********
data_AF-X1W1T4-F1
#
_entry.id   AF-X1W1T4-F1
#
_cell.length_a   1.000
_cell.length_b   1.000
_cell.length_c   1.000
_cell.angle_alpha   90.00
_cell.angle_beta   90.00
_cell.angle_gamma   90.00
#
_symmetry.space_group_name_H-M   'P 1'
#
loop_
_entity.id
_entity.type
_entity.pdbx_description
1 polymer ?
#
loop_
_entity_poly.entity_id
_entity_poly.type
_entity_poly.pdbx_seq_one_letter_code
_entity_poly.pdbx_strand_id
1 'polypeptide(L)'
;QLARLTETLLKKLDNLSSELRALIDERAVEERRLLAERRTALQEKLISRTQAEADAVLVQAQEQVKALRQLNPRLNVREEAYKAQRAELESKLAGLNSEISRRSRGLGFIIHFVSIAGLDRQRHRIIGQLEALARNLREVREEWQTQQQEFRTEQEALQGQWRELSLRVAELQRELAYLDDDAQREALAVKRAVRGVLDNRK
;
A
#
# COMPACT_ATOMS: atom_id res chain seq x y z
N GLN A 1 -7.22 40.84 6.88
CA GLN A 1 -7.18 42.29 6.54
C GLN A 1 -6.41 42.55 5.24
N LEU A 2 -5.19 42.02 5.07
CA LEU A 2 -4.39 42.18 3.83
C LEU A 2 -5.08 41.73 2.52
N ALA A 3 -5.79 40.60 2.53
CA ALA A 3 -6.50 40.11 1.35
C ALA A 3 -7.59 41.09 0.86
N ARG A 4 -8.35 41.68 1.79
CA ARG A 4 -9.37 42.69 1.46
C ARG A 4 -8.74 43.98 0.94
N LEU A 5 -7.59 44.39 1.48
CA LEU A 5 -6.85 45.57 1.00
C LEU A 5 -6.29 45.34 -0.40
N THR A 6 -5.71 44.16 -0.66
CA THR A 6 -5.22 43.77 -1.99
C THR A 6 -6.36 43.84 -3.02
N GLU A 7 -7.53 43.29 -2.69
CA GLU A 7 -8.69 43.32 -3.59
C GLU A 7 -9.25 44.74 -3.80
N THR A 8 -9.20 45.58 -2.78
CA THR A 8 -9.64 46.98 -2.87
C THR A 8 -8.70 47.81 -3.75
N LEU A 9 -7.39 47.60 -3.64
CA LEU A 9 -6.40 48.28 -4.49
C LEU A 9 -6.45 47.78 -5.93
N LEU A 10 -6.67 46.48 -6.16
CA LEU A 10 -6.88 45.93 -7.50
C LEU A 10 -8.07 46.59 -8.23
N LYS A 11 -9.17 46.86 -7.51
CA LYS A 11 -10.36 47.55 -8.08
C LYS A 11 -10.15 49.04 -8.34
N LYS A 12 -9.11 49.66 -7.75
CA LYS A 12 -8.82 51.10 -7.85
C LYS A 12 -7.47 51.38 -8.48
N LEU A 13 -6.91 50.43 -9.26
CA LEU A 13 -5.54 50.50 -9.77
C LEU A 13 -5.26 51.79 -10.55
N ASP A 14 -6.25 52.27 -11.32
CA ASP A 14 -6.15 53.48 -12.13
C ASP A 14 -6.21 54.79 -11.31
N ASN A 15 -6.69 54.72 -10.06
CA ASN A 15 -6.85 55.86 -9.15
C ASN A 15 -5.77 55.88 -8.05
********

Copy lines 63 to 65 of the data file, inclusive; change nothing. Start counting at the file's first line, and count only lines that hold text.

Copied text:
C LYS A 11 -10.15 49.04 -8.34
N LYS A 12 -9.11 49.66 -7.75
CA LYS A 12 -8.82 51.10 -7.85